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Beautiful World

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Album Review

When Take That disbanded in 1996, they left many young girls in floods of tears. They had arguably been the most popular band in Britain during the early '90s, and many of their fans had never known what it was like to have their favorite band split and move on. Two surprises then occurred, first when Gary Barlow, the main singer and songwriter for the band, failed to set the charts alight with his solo projects. Despite hitting number one with two singles ("Forever Love" and "Love Won't Wait") and the accompanying album Open Road, Barlow's solo career was seen as a disappointment and he quickly faded from the affections of young girls who either grew up or turned their attention to Boyzone or Westlife. The second surprise occurred when the cheekiest former member of the band, Robbie Williams, whom many had seen as precipitating the breakup in the first place, went on to become one of the biggest solo stars of the late '90s and early 2000s with eight number one albums. In fact, he was so big that when the other four invited him to rejoin them for a reunion world tour, he said no, intending to remain solo and promote his recently released album, Rudebox.

So Take That re-formed, went on the road without Williams, and recorded a new album without him, too. Doomed to failure? Not a bit, for the album Beautiful World was filled with great new contemporary songs, virtually all written by the bandmembers, who had grown up and matured in the intervening years. There was a sense of professionalism surrounding the whole project (produced by John Shanks) and imbuing every song, whether a ballad like "I'd Wait for Life" or "What You Believe In" (on which Mark Owen took vocal lead), or an uptempo track like "Reach Out" or "Shine," the latter of which was a masterpiece of 21st century pop. The bandmembers shared responsibilities for singing on the album, and they were obviously enjoying every minute of the comeback, although Barlow was still very much in charge, taking lead vocal duties on six of the tracks. The lead single was "Patience," a classic pop song and midtempo ballad with a killer hook down the scales for a chorus, and the second single, "Shine," was completely different, sort of a cross between Queen at their most camp and the Scissor Sisters. The final track, "Wooden Boat," was another totally different song, sung by Jason Orange to an acoustic background, and one minute after it had finished, another Gary Barlow power ballad, "Butterfly," faded in as a bonus track on some editions of the album. Robbie Williams was slated for his solo offering Rudebox, but his former bandmates celebrated one of the greatest comebacks of all time, hitting number one throughout December and even returning to the top in the spring of 2007 when the second single, "Shine," kicked in and hit the Top Five for several more weeks, over a year after the album had been released. So is there hope for any band attempting a comeback after ten years? If the band's album is this good, you bet there is.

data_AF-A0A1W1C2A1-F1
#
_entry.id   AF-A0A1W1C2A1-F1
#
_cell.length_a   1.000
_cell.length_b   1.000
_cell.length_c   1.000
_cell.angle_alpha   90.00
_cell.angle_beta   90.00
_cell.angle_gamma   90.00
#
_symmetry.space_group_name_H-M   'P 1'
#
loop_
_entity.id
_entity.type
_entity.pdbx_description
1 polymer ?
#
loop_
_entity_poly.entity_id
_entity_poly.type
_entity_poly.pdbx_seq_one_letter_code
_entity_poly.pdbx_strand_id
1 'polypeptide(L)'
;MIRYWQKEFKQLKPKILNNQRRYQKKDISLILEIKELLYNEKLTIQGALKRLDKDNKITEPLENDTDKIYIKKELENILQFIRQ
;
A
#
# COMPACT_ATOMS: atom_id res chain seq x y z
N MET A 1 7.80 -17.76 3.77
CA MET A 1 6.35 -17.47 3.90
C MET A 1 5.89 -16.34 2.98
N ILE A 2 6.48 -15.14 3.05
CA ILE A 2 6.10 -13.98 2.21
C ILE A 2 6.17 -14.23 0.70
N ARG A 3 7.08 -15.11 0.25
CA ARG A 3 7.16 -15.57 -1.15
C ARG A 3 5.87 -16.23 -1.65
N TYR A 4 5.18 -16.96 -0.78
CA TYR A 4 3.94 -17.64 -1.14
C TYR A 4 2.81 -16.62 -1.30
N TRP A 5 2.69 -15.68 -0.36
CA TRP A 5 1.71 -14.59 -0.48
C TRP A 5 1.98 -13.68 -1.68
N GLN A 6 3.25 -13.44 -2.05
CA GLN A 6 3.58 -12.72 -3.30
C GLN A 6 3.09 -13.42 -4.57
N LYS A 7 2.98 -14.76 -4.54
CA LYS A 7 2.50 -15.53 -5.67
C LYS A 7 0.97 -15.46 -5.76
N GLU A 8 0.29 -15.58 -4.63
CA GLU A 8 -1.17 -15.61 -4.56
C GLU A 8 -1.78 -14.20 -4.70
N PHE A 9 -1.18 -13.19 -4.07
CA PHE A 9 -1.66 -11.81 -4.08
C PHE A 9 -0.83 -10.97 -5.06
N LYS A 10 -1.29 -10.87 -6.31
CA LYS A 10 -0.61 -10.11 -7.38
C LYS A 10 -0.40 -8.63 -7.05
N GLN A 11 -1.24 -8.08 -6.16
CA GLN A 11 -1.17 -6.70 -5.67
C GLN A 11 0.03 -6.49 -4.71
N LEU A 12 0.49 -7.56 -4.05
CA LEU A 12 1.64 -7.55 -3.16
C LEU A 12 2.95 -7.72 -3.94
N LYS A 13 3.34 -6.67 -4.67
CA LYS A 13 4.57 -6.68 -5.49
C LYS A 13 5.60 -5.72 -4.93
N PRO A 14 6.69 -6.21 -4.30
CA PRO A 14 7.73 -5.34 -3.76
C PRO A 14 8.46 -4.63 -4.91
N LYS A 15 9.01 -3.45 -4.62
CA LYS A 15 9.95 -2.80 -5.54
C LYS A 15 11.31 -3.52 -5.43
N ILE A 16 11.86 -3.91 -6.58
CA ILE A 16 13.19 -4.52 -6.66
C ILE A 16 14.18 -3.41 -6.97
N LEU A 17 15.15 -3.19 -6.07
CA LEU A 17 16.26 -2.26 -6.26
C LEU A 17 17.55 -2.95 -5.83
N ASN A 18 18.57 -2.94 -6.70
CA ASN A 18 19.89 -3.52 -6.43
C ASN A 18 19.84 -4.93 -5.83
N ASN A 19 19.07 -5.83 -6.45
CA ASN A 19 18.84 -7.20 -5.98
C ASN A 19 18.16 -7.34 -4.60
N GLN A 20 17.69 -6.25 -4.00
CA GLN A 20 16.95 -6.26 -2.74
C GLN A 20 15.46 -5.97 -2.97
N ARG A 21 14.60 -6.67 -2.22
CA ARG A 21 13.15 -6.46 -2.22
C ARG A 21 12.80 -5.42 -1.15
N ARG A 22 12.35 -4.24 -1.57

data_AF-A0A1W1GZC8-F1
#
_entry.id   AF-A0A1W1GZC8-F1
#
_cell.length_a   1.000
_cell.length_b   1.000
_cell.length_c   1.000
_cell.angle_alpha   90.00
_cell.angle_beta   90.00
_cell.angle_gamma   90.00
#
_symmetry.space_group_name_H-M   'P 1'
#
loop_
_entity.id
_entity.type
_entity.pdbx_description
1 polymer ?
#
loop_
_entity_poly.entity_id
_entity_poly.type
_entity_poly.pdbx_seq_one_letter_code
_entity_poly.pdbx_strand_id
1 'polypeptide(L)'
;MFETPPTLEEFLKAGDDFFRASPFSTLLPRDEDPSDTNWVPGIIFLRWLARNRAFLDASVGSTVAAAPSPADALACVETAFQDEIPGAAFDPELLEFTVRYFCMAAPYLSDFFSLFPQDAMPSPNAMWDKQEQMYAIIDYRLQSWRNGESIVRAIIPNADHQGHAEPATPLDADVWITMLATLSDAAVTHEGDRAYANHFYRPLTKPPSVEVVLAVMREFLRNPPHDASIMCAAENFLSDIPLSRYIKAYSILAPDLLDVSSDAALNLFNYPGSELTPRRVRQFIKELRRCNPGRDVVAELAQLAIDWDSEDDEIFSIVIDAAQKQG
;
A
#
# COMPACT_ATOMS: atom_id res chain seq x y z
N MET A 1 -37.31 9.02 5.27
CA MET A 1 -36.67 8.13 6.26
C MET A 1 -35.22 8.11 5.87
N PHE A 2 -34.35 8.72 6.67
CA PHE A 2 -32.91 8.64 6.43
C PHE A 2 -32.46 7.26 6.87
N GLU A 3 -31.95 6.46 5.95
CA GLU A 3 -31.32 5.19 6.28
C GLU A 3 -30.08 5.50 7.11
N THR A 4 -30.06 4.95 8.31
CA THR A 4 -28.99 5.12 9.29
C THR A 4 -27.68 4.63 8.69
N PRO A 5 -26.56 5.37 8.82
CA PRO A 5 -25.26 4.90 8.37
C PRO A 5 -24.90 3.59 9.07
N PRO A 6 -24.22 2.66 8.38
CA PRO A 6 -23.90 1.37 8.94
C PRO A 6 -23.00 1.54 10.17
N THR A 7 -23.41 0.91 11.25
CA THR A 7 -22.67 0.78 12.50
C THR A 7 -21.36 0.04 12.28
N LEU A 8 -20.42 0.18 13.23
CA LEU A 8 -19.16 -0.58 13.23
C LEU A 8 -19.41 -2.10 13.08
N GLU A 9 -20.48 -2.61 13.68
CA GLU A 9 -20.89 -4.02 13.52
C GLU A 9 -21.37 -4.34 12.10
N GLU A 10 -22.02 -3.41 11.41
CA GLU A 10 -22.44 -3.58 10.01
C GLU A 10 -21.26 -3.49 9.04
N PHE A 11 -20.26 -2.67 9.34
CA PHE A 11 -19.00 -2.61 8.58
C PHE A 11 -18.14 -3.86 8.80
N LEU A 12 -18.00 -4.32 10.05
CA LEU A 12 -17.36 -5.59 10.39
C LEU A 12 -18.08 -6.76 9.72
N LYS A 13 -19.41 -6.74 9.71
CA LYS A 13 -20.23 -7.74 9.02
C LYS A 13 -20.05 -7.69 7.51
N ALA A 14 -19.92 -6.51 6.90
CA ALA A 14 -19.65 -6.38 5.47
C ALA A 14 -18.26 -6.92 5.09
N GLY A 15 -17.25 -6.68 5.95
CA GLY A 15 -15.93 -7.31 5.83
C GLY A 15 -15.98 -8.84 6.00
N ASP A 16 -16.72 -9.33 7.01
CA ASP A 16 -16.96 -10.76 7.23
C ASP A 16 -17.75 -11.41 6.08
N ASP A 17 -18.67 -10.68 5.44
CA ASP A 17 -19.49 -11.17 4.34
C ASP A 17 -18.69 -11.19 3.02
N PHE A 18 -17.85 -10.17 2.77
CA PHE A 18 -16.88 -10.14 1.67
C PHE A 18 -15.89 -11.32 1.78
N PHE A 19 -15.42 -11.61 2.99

Formed: 1990

Genre: Pop

Years Active: '90s, '00s, '10s

As the most popular teen pop sensation in Britain since the '60s, Take That ruled the U.K. charts during the first half of the '90s. In strict commercial terms, the band sold more records than any English act since the Beatles, though the cultural and musical importance was significantly less substantial. Conceived as a British answer to New Kids on the Block, Take That initially worked the same territory as their American counterparts, singing watered-down new jack R&B, urban soul, and mainstream...
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Beautiful World, Take That
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